I think a lot of phobias originate in childhood.  I used to have an irrational fear of big black dogs, which I only ever saw in nightmares, so it was hard for my parents to help me get over that one.  He was my own personal monster under the bed that wagged his tail and still managed to be menacing. I’m still uncomfortable around big dogs, but I don’t run away screaming if I see one.   I used to fake fear of vegetables, more specifically long green snake shaped ones named asparagus, but my mother never took that one seriously.   I don’t know where my water phobia originated exactly, but I did have two water-related incidents in my childhood that were somewhat traumatic.  The first was my brother holding my head under water as a joke.  Perhaps if I had been big enough and strong enough to reciprocate I would have been better able to grasp the humor involved in this activity.  The second incident involved snatching a one year old child out of the water after he toppled over into it face first.  I suspect that kid has grown up with a fear of being wrenched into the air and clutched tightly to the breast of a screaming freaked out crazy person.  Sorry kid.  I thought I was saving you from drowning. 

My water phobia wasn’t exactly disabling, but it was troublesome and sometimes embarrassing.  I grew up on the shores of Lake Huron but I never learned how to swim.  I could wade in up to my knees and stay perfectly calm.  When the water got waist high, I would start to gasp and my heart would race.  Back then saying you didn’t want your hair to get wet was an acceptable excuse for not going in any further.  I could take a shower but I could NOT get my head or face wet – face and hair had to be washed separately.  Getting into a boat made me ill.  Seeing Niagara Falls up close for the first time was truly frightening.  Honestly,  I even had to hold my breath watching deep sea divers on t.v.  Then I met my husband who is part fish apparently.  He wanted me to jump off the dock at his cottage into the river and I burst into tears at the mere suggestion.  I have to give him credit;  although he could not understand it, he did try really hard to deal with it by saying and doing all the right things.   “I’m here – just tell me what I can do to help, whenever you’re ready.  Meanwhile, put on this life jacket, here’s one to sit on in the boat, and here’s one to hang on to just in case.  No crying, okay??” The big problem with phobias is that you KNOW they’re irrational.  You know you are being ridiculous, but you feel powerless to change things.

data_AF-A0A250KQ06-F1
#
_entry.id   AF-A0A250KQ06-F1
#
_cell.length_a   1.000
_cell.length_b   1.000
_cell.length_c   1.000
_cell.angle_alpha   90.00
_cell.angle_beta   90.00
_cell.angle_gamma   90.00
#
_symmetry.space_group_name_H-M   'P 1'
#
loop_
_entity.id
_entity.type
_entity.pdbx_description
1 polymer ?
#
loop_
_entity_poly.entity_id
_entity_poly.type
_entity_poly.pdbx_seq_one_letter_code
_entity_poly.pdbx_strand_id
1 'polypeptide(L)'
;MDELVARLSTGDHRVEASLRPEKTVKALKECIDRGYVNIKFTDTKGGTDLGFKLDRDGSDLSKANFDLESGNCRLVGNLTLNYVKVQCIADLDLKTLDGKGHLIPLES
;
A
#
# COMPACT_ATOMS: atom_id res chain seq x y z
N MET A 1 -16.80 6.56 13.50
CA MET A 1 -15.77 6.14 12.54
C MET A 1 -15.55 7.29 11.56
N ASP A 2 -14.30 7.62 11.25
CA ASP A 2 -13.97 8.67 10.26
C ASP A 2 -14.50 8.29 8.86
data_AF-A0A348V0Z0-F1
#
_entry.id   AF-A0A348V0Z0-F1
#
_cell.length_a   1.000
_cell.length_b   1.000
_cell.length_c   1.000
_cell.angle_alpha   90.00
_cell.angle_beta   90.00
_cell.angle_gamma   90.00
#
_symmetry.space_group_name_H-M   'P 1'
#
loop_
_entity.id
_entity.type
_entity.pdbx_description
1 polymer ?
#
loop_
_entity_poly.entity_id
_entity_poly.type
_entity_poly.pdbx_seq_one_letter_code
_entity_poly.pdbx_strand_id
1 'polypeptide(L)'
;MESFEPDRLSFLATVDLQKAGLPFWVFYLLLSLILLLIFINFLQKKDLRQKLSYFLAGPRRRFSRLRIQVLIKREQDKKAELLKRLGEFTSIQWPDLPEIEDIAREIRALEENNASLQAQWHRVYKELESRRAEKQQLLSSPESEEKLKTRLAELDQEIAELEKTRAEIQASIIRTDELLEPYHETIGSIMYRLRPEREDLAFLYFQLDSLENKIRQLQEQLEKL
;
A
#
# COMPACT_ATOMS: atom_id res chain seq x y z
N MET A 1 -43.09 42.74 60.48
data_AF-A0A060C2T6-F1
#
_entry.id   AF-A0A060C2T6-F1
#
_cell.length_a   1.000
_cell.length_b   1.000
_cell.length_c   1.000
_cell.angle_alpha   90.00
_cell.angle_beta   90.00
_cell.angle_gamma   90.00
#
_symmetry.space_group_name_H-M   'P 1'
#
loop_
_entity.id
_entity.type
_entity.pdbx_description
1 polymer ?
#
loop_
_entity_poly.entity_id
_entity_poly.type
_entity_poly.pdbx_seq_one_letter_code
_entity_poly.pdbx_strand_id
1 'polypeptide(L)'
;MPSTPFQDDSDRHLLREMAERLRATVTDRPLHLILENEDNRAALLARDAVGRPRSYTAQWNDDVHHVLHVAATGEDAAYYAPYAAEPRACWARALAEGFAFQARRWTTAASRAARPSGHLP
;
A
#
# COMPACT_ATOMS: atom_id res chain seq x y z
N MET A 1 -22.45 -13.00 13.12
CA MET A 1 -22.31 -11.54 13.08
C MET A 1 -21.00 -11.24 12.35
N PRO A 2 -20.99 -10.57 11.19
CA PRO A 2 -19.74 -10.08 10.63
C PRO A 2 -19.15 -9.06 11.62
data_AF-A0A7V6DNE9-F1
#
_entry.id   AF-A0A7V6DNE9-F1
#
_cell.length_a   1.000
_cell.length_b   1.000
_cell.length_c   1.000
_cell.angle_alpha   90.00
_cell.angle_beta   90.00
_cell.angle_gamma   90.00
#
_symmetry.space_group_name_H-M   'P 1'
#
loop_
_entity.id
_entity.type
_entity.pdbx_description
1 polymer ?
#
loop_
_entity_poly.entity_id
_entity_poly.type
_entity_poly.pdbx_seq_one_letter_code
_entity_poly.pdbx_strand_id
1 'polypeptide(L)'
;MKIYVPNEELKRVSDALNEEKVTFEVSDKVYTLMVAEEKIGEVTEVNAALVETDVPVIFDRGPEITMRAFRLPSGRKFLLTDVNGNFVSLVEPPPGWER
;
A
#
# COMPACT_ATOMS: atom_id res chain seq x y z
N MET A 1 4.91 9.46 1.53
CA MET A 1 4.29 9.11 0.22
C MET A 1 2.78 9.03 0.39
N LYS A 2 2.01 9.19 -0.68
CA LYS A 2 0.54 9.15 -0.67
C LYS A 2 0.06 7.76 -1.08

When our daughter was a baby my husband would pour buckets of water over her head in the bath tub.  It made her gleeful.  It made me gasp for breath and want to strangle him.  When she was a year old he held her in his arms and jumped into the deep end of a swimming pool.  My heart stopped I swear, but they both popped up laughing and she was squealing “again!”   That’s when I finally made up my mind to do something to face this stupid fear and get over it, so that I would not pass it on to my children. 

I got private swimming lessons from a good friend who taught children how to swim.  This may not sound like a great feat to anyone else, but after several weeks I had officially passed the tadpole level.  I was able to splash water on my face and live to tell about it.  I was able to put my face into the water and blow bubbles.  I was able to float on my back and breathe at the same time.  And I was able to hold my nose and dunk my head under water without having a panic attack.  I still don’t like to do that one, but I know if I had to I could.  Eventually I learned to dog paddle, tread water, and get more than two feet away from the dock without passing out.  Oh, and wash my hair in the shower.  That was a big one.

My kids both love the water.  They are both excellent swimmers.  I didn’t damage them for life.  My daughter thinks in another life I probably died at sea.  She has a spider phobia, so she knows what this irrational kind of fear feels like.   My son went through a phase where he had an irrational fear of chinese food, but I think that was more visual than anything else.  And if you’re hungry enough, you can get over that one in a hurry.  My husband has a sort of phobia about snakes.  He can NOT handle them.  But since its not something you have to deal with every day I think its a minor phobia and really not worth stressing over. 

There are still some water related things I avoid.  You could not pay me enough to ever go down a water slide.  I don’t think I’d be very good company on an ocean voyage.  Water skis are something I don’t want to put on, even on dry land.   I won’t ever be an Olympic diver.  If I never see Niagara Falls again I can live with that.